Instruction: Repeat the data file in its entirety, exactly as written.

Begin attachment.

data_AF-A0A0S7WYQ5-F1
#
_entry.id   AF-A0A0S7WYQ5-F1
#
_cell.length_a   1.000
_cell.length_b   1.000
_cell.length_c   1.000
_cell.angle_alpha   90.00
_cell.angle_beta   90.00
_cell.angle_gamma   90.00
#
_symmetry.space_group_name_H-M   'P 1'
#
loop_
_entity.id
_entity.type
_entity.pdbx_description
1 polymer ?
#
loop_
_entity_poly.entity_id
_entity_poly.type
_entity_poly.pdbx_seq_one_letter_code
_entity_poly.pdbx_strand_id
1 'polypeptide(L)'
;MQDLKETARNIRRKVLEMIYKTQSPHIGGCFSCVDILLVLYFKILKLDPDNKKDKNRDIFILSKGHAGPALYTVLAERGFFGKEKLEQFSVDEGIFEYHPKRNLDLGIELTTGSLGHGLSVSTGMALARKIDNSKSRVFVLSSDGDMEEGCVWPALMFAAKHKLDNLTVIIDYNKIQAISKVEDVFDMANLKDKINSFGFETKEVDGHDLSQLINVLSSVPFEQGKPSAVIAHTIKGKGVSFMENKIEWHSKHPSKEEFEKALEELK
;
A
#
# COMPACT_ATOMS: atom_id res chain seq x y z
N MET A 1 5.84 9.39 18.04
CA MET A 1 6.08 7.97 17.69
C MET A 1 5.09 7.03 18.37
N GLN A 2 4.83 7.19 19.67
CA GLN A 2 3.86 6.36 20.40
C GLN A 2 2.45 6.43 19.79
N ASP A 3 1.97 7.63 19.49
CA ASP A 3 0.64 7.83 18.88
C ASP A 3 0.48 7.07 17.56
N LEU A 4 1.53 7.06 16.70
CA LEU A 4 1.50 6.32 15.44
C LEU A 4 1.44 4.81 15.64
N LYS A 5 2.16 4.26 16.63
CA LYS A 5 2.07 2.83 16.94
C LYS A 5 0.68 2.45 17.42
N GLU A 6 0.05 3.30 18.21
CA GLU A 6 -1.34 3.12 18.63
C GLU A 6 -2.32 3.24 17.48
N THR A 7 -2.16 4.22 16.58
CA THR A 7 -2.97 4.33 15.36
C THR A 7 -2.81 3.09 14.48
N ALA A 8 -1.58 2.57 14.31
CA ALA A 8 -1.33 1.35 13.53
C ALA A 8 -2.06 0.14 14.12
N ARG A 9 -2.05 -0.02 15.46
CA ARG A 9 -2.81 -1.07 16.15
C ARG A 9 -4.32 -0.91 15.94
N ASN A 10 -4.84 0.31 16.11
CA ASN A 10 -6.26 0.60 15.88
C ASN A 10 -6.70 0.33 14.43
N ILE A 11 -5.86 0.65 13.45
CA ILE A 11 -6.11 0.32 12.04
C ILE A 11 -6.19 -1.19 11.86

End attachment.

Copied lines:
data_AF-A0A0S7WYQ5-F1
#
_entry.id   AF-A0A0S7WYQ5-F1
#
_cell.length_a   1.000
_cell.length_b   1.000
_cell.length_c   1.000
_cell.angle_alpha   90.00
_cell.angle_beta   90.00
_cell.angle_gamma   90.00
#
_symmetry.space_group_name_H-M   'P 1'
#
loop_
_entity.id
_entity.type
_entity.pdbx_description
1 polymer ?
#
loop_
_entity_poly.entity_id
_entity_poly.type
_entity_poly.pdbx_seq_one_letter_code
_entity_poly.pdbx_strand_id
1 'polypeptide(L)'
;MQDLKETARNIRRKVLEMIYKTQSPHIGGCFSCVDILLVLYFKILKLDPDNKKDKNRDIFILSKGHAGPALYTVLAERGFFGKEKLEQFSVDEGIFEYHPKRNLDLGIELTTGSLGHGLSVSTGMALARKIDNSKSRVFVLSSDGDMEEGCVWPALMFAAKHKLDNLTVIIDYNKIQAISKVEDVFDMANLKDKINSFGFETKEVDGHDLSQLINVLSSVPFEQGKPSAVIAHTIKGKGVSFMENKIEWHSKHPSKEEFEKALEELK
;
A
#
# COMPACT_ATOMS: atom_id res chain seq x y z
N MET A 1 5.84 9.39 18.04
CA MET A 1 6.08 7.97 17.69
C MET A 1 5.09 7.03 18.37
N GLN A 2 4.83 7.19 19.67
CA GLN A 2 3.86 6.36 20.40
C GLN A 2 2.45 6.43 19.79
N ASP A 3 1.97 7.63 19.49
CA ASP A 3 0.64 7.83 18.88
C ASP A 3 0.48 7.07 17.56
N LEU A 4 1.53 7.06 16.70
CA LEU A 4 1.50 6.32 15.44
C LEU A 4 1.44 4.81 15.64
N LYS A 5 2.16 4.26 16.63
CA LYS A 5 2.07 2.83 16.94
C LYS A 5 0.68 2.45 17.42
N GLU A 6 0.05 3.30 18.21
CA GLU A 6 -1.34 3.12 18.63
C GLU A 6 -2.32 3.24 17.48
N THR A 7 -2.16 4.22 16.58
CA THR A 7 -2.97 4.33 15.36
C THR A 7 -2.81 3.09 14.48
N ALA A 8 -1.58 2.57 14.31
CA ALA A 8 -1.33 1.35 13.53
C ALA A 8 -2.06 0.14 14.12
N ARG A 9 -2.05 -0.02 15.46
CA ARG A 9 -2.81 -1.07 16.15
C ARG A 9 -4.32 -0.91 15.94
N ASN A 10 -4.84 0.31 16.11
CA ASN A 10 -6.26 0.60 15.88
C ASN A 10 -6.70 0.33 14.43
N ILE A 11 -5.86 0.65 13.45
CA ILE A 11 -6.11 0.32 12.04
C ILE A 11 -6.19 -1.19 11.86